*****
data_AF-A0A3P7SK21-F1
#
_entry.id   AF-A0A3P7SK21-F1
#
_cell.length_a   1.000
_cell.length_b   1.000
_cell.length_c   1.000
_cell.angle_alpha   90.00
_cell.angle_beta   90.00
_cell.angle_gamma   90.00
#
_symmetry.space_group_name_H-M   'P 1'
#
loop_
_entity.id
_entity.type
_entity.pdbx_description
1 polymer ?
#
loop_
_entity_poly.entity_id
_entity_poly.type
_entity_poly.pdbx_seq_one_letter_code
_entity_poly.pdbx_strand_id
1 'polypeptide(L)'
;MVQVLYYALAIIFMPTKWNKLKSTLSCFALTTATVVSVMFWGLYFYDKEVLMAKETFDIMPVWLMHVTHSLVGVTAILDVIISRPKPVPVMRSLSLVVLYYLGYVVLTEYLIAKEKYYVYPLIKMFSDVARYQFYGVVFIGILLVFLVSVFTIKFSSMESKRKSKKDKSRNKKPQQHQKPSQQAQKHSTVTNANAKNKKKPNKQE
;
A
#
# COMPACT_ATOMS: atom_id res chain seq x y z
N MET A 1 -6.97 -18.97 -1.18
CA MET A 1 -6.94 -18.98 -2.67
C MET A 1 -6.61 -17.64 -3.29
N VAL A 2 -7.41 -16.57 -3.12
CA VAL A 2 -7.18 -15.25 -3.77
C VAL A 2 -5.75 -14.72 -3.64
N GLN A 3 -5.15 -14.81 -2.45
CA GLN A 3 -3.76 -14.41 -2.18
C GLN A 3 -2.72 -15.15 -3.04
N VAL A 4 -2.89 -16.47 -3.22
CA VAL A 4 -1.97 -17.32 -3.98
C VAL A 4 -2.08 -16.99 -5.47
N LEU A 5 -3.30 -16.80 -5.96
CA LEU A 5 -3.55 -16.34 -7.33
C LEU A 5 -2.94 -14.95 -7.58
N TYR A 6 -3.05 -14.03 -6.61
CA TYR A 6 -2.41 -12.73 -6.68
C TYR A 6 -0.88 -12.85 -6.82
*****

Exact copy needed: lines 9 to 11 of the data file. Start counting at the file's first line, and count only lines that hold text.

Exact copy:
_cell.angle_beta   90.00
_cell.angle_gamma   90.00
#